Republicans Won't Win Back the White House Refusing to Raise Taxes
Republicans won't win back the White House following Norquist, an unelected demagogue
November 29, 2012
As the saying goes, "Power is in the eye of the beholder" and for more than 20 years, GOP candidates and elected officials have been beholden to the self-proclaimed power of Grover Norquist.
For many years, he has demanded that if anyone was going to be a player in the Republican Party, they must sign "The Pledge," committing to never raise taxes. His threat was that he was going to bring all of his mighty forces down on anyone who crossed him and wreak election and political ruin.
Grover's goal has always been to maintain the illusion that he has control over a politician's destiny. But, a funny thing happened in the election of 2012. A majority of America voted for the presidential candidate who was unabashed in his support for raising taxes for the top 2 percent. Republicans in Congress watched their approval ratings drop to one of the lowest levels ever and saw the defeat of a number of Grover's candidates who had signed his pledge.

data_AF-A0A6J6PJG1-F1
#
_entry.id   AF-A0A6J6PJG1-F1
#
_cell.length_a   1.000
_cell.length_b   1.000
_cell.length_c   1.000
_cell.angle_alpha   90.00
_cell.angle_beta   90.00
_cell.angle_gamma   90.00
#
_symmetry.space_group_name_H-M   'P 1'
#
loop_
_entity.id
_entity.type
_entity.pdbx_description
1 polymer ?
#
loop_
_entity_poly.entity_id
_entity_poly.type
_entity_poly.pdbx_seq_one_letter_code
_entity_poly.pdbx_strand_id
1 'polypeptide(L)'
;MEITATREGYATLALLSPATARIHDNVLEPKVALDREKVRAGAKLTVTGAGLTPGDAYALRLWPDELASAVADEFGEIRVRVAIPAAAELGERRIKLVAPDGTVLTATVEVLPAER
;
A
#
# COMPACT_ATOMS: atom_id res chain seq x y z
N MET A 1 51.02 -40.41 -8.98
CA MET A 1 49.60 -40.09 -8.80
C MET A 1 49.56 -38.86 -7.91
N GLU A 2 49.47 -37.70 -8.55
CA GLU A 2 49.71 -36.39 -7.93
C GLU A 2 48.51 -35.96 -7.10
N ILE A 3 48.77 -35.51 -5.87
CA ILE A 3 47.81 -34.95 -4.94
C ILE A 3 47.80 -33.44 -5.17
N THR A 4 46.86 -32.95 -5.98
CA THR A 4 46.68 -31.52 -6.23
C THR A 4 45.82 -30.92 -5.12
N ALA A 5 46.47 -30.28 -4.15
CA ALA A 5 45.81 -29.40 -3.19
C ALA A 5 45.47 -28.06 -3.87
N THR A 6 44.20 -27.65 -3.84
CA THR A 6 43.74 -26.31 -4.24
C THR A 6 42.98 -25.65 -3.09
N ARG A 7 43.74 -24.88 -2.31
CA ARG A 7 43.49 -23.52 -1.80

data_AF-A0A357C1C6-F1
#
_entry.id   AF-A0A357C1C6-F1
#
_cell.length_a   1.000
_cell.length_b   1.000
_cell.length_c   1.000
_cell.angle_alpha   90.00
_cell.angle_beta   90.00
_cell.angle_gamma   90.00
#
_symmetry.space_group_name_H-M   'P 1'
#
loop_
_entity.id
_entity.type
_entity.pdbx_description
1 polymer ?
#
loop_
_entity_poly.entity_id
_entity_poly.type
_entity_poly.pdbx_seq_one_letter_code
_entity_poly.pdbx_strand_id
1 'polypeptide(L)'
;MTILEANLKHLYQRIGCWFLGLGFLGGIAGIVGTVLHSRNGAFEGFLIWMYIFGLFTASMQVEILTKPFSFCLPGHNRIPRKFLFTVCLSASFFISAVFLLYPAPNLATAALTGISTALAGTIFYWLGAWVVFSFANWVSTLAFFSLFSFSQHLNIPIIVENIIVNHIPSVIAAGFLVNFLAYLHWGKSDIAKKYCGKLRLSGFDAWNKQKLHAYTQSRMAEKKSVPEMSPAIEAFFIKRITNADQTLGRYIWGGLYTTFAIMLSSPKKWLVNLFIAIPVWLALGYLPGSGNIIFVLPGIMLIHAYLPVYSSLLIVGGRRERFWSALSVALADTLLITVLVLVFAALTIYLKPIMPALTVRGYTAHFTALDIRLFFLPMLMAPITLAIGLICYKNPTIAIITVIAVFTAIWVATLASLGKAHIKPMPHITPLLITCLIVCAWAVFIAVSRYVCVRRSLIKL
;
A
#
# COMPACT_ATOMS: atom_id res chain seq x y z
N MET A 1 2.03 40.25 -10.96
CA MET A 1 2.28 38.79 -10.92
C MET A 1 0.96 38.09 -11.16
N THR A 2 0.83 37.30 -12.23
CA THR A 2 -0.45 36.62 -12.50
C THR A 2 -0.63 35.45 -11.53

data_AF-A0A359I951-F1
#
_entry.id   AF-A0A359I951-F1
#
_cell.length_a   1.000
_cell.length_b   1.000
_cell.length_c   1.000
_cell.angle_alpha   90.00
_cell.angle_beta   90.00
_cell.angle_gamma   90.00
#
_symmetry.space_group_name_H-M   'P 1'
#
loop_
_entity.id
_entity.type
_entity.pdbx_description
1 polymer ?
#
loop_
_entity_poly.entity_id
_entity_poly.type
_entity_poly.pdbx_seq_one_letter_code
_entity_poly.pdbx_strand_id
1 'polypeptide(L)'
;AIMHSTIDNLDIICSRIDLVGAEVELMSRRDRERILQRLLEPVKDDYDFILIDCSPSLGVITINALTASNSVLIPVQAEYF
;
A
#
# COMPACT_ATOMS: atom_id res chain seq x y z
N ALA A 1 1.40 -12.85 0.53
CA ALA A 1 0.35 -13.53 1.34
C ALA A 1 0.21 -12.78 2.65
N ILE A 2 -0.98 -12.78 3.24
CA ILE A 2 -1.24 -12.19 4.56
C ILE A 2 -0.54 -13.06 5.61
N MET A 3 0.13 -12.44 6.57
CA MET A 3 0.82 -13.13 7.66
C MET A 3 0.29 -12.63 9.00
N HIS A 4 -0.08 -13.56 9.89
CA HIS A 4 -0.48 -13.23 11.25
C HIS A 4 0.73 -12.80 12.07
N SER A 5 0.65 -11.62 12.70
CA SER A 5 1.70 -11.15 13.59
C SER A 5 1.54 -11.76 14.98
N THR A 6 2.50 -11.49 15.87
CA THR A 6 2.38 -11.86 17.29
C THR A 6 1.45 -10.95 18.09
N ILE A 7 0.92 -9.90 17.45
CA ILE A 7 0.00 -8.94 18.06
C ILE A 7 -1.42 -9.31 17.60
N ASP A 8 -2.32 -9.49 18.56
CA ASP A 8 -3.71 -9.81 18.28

The collateral damage was clear. In total, every Republican presidential hopeful signed Norquist's pledge and lost. Democrats grew their ranks in the Senate and saw 24 pledge-signing Senate incumbents or hopefuls losing. Over 55 House incumbents or hopefuls who had signed the pledge lost.
What people are starting to learn is that Grover is an unelected demagogue who cares more about self-promotion than addressing and solving the fiscal problems of our country. Perhaps Republicans are finally learning that it's not only time to tweak the message, but also time to tweak the messenger.
Republican Sen. Saxby Chambliss of Georgia said it well, "I care more about my country than I do about a 20-year old pledge. If we do it [Norquist's] way, then we'll continue in debt." The senator knows that if Republicans want to maintain any viable chance at winning the White House in the future, they must work to solve America's current fiscal crisis, something that is not possible without a compromise which includes raising revenue and thus piercing a large hole in Grover's pledge.